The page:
## Puzzle #196: Bugs on a Board

Yet another very fine puzzle from A Moscow Math Circle: Week by Week Problems by Sergey Dorichenko.

Each square of a 9 x 9 board has a bug sitting on it. On a signal, each bug crawls onto one of the squares which shares a side with the one the bug was on. (a) Prove that one of the squares is now empty. (b) Can the bugs move so that there would be exactly one empty square?

As always, please send your answers as comments within the blog (preferred), or send an e-mail to alokgoyal_2001@yahoo.com. Please do share the puzzle with others if you like, and please also send puzzles that you have come across that you think I can share in this blog.

Happy bugging!

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## Solution to Puzzle #194: Adjacent Cells on a Chessboard

I got only two correct answers for this puzzle – from Suman Saraf and Pratik Poddar – thank you both and well done!

I am taking the liberty of copying the answer from Pratik – I find it to be very succinctly articulated.

From square marked 1 to square marked 64, the maximum manhattan distance possible between the two squares is 14 and the maximum difference between any two numbers is 63. Since 63/14>4, there has to be at least one step where the jump is greater than 4. Hence proved.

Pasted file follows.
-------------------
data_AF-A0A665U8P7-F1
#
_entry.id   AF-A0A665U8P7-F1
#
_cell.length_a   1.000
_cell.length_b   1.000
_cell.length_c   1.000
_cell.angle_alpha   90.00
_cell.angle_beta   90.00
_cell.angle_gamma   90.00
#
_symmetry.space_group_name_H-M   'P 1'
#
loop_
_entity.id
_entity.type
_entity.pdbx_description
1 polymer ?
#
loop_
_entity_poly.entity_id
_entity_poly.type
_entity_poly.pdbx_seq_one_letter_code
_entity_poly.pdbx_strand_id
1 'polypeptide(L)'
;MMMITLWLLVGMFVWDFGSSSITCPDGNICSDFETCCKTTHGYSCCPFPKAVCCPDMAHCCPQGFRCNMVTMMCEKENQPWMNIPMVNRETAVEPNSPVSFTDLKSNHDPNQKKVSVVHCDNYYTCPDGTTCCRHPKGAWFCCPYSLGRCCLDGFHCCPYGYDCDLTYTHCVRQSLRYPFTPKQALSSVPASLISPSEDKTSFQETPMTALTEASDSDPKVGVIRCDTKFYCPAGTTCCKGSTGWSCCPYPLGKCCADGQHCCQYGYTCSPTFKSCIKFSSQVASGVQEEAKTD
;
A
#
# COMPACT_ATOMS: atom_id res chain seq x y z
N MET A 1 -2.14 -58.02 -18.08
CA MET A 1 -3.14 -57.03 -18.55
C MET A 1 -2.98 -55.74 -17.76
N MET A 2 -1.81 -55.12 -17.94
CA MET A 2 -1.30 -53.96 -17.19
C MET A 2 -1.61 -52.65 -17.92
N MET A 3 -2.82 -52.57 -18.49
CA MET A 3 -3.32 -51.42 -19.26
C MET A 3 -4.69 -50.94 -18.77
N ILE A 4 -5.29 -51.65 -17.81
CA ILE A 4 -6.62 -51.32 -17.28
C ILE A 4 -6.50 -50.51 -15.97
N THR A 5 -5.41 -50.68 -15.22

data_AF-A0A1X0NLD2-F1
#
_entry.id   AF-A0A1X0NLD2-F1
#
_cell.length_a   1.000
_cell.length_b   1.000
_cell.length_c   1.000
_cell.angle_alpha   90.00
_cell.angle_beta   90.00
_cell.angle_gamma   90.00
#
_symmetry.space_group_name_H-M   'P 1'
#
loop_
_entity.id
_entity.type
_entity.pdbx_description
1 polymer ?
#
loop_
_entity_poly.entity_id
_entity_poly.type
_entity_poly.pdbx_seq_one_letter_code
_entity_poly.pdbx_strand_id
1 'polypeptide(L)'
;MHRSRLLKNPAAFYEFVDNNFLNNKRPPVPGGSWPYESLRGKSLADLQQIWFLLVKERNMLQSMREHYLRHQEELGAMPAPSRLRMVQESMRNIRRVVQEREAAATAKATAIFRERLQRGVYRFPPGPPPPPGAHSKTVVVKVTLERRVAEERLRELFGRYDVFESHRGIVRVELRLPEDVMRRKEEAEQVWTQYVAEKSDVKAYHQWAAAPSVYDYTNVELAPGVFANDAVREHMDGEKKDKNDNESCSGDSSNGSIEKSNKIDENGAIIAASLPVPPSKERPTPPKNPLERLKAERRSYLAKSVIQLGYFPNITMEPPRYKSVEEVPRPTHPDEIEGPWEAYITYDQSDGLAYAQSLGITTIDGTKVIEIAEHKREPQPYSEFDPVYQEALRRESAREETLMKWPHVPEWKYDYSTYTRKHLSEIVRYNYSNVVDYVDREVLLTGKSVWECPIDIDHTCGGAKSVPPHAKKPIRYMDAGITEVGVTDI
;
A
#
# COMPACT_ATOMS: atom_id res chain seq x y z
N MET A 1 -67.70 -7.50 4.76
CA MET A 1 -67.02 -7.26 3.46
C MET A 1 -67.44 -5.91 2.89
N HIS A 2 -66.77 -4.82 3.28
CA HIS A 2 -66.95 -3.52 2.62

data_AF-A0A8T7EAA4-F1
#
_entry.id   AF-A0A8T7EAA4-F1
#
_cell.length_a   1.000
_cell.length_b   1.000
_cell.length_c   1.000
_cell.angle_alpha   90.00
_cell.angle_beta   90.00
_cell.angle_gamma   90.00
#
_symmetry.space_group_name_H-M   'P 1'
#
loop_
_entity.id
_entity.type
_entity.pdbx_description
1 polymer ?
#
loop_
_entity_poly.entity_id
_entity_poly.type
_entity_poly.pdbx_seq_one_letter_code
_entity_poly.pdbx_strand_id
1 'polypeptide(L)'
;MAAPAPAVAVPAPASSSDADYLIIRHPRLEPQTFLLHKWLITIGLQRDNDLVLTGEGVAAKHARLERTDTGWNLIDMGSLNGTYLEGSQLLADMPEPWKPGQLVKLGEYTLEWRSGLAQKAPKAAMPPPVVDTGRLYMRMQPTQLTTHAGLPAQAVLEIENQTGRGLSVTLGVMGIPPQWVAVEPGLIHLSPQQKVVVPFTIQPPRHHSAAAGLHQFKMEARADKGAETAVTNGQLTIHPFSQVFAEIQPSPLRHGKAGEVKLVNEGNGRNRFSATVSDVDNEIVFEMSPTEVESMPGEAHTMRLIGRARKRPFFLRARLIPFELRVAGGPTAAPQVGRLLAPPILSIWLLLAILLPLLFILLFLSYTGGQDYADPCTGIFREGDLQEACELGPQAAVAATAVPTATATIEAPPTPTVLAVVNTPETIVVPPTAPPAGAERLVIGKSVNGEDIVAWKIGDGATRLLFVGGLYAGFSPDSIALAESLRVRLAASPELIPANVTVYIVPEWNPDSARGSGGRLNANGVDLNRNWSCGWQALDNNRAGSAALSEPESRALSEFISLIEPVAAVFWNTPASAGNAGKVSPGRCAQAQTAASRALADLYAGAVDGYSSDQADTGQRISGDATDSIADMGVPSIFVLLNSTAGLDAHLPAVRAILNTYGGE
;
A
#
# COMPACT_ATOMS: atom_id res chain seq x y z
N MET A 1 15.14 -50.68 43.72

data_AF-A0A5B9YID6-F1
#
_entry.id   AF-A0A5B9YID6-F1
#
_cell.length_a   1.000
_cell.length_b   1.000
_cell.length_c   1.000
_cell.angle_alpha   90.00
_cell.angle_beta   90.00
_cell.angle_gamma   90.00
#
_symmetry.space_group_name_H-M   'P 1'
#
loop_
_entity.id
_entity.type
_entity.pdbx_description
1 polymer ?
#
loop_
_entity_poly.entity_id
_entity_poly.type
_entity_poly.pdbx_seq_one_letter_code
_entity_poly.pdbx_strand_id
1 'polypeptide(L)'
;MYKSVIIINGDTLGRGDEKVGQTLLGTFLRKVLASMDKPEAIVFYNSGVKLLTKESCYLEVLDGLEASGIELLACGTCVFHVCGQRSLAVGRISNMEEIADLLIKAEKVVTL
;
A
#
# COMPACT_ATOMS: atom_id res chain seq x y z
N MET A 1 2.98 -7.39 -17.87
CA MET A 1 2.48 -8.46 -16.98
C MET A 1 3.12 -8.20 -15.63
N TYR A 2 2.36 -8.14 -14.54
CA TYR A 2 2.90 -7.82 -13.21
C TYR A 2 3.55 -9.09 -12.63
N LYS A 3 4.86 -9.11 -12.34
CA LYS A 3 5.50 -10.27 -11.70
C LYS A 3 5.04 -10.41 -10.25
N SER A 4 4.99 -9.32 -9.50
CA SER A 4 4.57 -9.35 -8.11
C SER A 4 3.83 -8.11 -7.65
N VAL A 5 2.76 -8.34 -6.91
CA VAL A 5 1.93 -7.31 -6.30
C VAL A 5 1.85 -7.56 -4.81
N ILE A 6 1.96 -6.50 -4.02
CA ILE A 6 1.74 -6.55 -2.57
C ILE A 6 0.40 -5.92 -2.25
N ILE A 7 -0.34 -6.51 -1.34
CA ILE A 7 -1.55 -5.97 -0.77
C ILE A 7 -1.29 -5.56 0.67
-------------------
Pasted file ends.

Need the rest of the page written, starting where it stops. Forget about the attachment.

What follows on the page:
Hope you all enjoyed the puzzle!

## Puzzle #195: 1989!

This is a beautiful puzzle from Mathematical Circles (Russian Experience) by Dmitri Fomin, Sergey Genkin and Ilia Itenberg.

There numbers 1, 2, 3, ….. , 1989 are written on a blackboard. It is permitted to erase any two of them and replace them with their difference. Can this operation be used to obtain a situation where all the numbers on the blackboard are zeros?

As always, please send your answers as comments within the blog (preferred), or send an e-mail to alokgoyal_2001@yahoo.com. Please do share the puzzle with others if you like, and please also send puzzles that you have come across that you think I can share in this blog.

Happy zeroing in on the solution!

Posted in Puzzles | | 4 Comments

## Solution to Puzzle #193: Smallville Telephones

This was a simple puzzle, and I got correct answers from many. These include Vishal Poddar, Pratik Poddar, Suman Saraf, Mahi Saraf and Anand Singhi. Well done all.

The answer is “Not Possible”. This is a simple application of graph theory. I am copying the answer directly from Vishal Poddar: